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TICM dumplings


Make your own dumplings TICM style


Dumplings are a resourceful and delicious method to use up remaining odds and ends of produce and proteins in the fridge. You can make different delicious combinations depending on what you have on hand. It is also a fun activity to do with your family.


For the dough, it is better you can make your own or buy it pre-made. I prefer to make my own as that way I am in control of how it is made, what state my mind was in when I made it and I know exactly what was used to make it. When I make dumplings, I make as many as I can to freeze them. When you initially freeze them, make sure they are spaced out and not touching. After 24 hours in the freezer, you can put them in a bag all together if you need to save room in the freezer.


In this particular batch I used dried shiitake mushrooms, dried wood ear mushrooms, Chinese chives and chicken.


Directions:

Wash and dry vegetables.


For dried ingredients like the mushrooms, I wash them and then soak them for about an hour in filtered water.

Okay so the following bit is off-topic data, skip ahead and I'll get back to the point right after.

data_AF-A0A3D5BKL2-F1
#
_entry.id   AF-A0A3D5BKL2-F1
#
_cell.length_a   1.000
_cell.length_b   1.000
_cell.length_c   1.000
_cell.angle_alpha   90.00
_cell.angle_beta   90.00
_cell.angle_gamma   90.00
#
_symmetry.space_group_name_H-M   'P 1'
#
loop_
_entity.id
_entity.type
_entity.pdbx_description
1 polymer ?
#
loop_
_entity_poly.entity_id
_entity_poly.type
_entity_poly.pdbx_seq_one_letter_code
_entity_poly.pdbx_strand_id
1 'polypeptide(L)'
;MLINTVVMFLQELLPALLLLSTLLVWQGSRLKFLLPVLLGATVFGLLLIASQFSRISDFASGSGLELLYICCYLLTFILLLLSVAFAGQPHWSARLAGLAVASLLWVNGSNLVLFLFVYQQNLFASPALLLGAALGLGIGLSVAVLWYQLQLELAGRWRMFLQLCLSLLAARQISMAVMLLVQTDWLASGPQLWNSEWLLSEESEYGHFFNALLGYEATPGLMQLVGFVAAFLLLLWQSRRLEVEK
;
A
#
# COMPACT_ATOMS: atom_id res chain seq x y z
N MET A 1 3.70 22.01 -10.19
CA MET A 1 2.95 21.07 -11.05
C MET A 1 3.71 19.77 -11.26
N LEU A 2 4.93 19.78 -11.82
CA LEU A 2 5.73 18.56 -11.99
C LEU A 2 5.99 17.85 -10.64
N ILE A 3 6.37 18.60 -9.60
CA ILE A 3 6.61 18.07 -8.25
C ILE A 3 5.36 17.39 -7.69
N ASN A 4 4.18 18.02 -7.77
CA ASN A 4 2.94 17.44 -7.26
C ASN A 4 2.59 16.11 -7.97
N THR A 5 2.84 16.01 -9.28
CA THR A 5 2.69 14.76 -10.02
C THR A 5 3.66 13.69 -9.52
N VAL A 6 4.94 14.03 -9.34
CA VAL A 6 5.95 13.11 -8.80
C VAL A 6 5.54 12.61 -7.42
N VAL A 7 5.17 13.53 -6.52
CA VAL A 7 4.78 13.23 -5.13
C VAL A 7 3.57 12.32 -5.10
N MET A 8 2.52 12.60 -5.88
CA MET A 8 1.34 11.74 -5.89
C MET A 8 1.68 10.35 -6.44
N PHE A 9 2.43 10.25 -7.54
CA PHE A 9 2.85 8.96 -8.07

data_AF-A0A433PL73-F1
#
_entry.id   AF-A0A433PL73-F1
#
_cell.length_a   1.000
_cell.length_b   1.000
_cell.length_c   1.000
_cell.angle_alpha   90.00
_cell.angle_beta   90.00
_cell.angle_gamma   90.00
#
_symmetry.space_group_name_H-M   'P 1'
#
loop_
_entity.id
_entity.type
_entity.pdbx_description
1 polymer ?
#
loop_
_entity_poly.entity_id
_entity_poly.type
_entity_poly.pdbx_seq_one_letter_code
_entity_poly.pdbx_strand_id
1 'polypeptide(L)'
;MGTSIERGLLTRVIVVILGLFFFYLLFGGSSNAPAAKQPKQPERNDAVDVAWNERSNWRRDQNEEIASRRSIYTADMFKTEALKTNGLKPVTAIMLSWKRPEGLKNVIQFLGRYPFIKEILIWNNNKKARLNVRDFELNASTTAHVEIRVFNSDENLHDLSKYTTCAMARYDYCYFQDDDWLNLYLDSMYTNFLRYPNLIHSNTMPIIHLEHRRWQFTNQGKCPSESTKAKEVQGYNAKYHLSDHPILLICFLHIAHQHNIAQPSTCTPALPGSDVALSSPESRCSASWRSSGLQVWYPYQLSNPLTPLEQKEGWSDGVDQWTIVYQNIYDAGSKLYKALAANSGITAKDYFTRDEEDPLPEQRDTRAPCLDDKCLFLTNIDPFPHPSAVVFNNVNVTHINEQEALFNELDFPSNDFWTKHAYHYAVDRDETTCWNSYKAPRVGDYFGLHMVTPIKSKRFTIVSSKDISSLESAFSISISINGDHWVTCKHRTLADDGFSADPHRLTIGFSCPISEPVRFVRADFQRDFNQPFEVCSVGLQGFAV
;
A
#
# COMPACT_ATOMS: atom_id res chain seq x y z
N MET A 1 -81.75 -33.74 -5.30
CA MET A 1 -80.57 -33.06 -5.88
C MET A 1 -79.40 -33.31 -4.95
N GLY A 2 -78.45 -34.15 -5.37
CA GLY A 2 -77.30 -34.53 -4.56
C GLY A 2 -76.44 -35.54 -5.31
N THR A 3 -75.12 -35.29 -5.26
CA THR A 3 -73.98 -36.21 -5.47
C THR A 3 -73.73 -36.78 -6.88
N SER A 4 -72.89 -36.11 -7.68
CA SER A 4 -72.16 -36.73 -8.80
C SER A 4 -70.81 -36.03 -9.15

Dice everything up in uniform size and place in a bowl. Mix it together thoroughly.


Place about a 1/2 tablespoon of filling in center the dough. Use one hand to hold one side of the dough flat and to pinch the other side together so it closes up nicely.


Cooking directions:

How you cook these dumplings are important. You want the dough to be soft and crispy on one side. You also don't want them to fall apart in the pan. I use a cast iron pan for this. If you do not have cast iron, use what is available to you but do not use aluminium or teflon or non stick of any kind due to toxicity. I have previously done a post on different types of materials pots are made of.


The key is to get the pan really really hot, do not add any oil yet.


Place the dumplings in. Don't overcrowd the pan.


Drizzle a tiny bit of oil (I use olive oil) and then a cup of water.


Cover the pan and cook for 5 minutes.


Uncover and you will see the water is evaporated. Cook another minute.


Use a spatula, they are done when they can be easily moved, if the dumplings are stuck, they aren't ready yet.


Plate up. You can add sesame oil, sesame seeds, scallions or whatever you choose for a garnish. I like to have them with a cup of bone broth.


For a dipping sauce: combine soy sauce (avoid alcohol if it is not permissible for you), a splash of apple cider vinegar and chili.

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